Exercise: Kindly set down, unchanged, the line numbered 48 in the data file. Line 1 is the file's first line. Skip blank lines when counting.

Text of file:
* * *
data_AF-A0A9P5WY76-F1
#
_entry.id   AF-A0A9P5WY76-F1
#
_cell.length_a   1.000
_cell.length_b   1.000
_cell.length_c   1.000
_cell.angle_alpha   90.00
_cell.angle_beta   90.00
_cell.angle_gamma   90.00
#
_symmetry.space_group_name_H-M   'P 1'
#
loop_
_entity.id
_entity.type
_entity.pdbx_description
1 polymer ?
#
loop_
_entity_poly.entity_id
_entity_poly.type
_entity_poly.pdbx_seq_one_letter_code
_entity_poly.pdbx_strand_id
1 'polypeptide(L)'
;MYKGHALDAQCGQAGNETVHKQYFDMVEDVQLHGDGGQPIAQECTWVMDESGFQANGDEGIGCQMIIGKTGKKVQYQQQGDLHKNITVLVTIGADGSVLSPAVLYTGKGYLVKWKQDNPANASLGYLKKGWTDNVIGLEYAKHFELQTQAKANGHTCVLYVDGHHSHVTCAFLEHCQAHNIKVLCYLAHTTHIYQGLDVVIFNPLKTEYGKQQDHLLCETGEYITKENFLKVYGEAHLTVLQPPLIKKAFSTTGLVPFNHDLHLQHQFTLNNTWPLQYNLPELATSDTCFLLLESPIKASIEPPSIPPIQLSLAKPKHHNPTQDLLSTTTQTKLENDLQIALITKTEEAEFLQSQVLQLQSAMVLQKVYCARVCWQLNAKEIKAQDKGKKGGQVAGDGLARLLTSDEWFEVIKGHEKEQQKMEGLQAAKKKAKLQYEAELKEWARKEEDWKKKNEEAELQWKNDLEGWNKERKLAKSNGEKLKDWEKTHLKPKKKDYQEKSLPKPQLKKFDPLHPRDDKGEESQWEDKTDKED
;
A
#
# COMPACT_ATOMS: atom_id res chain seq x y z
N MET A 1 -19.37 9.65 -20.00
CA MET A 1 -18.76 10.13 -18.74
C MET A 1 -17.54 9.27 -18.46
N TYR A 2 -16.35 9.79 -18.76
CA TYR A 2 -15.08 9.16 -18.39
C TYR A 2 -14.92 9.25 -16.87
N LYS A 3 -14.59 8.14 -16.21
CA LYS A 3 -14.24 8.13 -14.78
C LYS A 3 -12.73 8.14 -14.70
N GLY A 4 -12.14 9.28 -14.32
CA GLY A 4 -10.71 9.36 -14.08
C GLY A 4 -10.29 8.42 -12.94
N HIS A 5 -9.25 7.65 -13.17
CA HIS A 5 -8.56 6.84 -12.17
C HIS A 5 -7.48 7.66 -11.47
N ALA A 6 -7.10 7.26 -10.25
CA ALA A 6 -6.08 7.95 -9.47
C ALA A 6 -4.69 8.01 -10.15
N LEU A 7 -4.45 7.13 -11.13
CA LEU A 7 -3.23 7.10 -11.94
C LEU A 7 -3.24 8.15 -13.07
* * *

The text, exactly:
C ALA A 6 -4.69 8.01 -10.15